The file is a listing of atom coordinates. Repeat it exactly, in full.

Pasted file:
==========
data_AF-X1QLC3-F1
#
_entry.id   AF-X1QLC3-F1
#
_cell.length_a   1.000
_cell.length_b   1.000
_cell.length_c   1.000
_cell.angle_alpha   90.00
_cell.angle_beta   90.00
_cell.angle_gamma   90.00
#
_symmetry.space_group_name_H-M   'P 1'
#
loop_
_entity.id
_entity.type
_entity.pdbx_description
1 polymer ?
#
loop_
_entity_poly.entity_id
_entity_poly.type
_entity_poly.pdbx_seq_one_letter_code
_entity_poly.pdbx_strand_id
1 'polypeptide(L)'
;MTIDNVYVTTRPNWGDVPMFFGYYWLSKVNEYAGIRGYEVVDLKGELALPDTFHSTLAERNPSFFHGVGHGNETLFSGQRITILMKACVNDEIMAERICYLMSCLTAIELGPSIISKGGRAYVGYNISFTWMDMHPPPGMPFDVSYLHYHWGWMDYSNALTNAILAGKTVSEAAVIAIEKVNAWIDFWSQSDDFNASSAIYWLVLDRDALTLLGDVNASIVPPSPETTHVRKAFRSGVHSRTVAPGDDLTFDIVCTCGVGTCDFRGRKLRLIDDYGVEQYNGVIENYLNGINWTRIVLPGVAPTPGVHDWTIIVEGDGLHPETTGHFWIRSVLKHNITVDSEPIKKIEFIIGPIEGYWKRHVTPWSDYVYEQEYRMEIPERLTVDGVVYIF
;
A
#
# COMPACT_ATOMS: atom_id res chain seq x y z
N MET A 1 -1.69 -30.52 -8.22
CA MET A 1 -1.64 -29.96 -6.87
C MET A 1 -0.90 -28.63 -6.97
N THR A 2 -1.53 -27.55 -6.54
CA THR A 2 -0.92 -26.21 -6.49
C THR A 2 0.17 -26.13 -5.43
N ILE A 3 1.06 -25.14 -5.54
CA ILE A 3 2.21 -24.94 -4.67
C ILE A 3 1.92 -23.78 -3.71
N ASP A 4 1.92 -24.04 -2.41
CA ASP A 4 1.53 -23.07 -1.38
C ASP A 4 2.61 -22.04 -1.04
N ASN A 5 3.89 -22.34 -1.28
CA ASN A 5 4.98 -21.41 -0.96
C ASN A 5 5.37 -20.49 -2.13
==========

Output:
data_AF-X1QLC3-F1
#
_entry.id   AF-X1QLC3-F1
#
_cell.length_a   1.000
_cell.length_b   1.000
_cell.length_c   1.000
_cell.angle_alpha   90.00
_cell.angle_beta   90.00
_cell.angle_gamma   90.00
#
_symmetry.space_group_name_H-M   'P 1'
#
loop_
_entity.id
_entity.type
_entity.pdbx_description
1 polymer ?
#
loop_
_entity_poly.entity_id
_entity_poly.type
_entity_poly.pdbx_seq_one_letter_code
_entity_poly.pdbx_strand_id
1 'polypeptide(L)'
;MTIDNVYVTTRPNWGDVPMFFGYYWLSKVNEYAGIRGYEVVDLKGELALPDTFHSTLAERNPSFFHGVGHGNETLFSGQRITILMKACVNDEIMAERICYLMSCLTAIELGPSIISKGGRAYVGYNISFTWMDMHPPPGMPFDVSYLHYHWGWMDYSNALTNAILAGKTVSEAAVIAIEKVNAWIDFWSQSDDFNASSAIYWLVLDRDALTLLGDVNASIVPPSPETTHVRKAFRSGVHSRTVAPGDDLTFDIVCTCGVGTCDFRGRKLRLIDDYGVEQYNGVIENYLNGINWTRIVLPGVAPTPGVHDWTIIVEGDGLHPETTGHFWIRSVLKHNITVDSEPIKKIEFIIGPIEGYWKRHVTPWSDYVYEQEYRMEIPERLTVDGVVYIF
;
A
#
# COMPACT_ATOMS: atom_id res chain seq x y z
N MET A 1 -1.69 -30.52 -8.22
CA MET A 1 -1.64 -29.96 -6.87
C MET A 1 -0.90 -28.63 -6.97
N THR A 2 -1.53 -27.55 -6.54
CA THR A 2 -0.92 -26.21 -6.49
C THR A 2 0.17 -26.13 -5.43
N ILE A 3 1.06 -25.14 -5.54
CA ILE A 3 2.21 -24.94 -4.67
C ILE A 3 1.92 -23.78 -3.71
N ASP A 4 1.92 -24.04 -2.41
CA ASP A 4 1.53 -23.07 -1.38
C ASP A 4 2.61 -22.04 -1.04
N ASN A 5 3.89 -22.34 -1.28
CA ASN A 5 4.98 -21.41 -0.96
C ASN A 5 5.37 -20.49 -2.13